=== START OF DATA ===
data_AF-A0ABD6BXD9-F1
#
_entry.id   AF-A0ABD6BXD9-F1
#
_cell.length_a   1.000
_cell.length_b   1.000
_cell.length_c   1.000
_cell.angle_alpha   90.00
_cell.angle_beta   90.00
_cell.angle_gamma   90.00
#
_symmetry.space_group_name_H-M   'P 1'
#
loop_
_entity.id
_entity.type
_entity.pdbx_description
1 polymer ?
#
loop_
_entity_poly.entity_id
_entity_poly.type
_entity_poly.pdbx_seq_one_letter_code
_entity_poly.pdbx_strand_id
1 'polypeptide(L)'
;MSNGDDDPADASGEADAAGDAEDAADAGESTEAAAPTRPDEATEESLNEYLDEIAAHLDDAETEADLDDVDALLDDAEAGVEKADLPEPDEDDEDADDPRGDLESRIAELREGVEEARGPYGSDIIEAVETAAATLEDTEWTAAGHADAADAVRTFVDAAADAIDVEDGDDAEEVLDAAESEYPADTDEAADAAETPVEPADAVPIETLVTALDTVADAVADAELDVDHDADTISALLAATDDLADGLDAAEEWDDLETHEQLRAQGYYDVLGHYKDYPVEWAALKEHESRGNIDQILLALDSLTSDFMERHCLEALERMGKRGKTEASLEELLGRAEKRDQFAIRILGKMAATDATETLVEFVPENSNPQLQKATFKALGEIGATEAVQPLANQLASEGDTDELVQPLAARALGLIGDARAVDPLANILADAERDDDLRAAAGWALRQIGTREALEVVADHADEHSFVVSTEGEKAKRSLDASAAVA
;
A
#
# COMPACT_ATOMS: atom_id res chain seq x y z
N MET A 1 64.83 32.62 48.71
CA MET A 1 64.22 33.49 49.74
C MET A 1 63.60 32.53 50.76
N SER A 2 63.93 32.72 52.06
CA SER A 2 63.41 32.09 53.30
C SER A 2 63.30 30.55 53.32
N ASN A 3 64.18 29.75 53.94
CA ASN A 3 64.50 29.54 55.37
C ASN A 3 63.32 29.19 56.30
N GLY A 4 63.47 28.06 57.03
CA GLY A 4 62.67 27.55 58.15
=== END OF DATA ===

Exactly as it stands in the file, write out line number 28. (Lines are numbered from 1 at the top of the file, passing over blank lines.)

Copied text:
A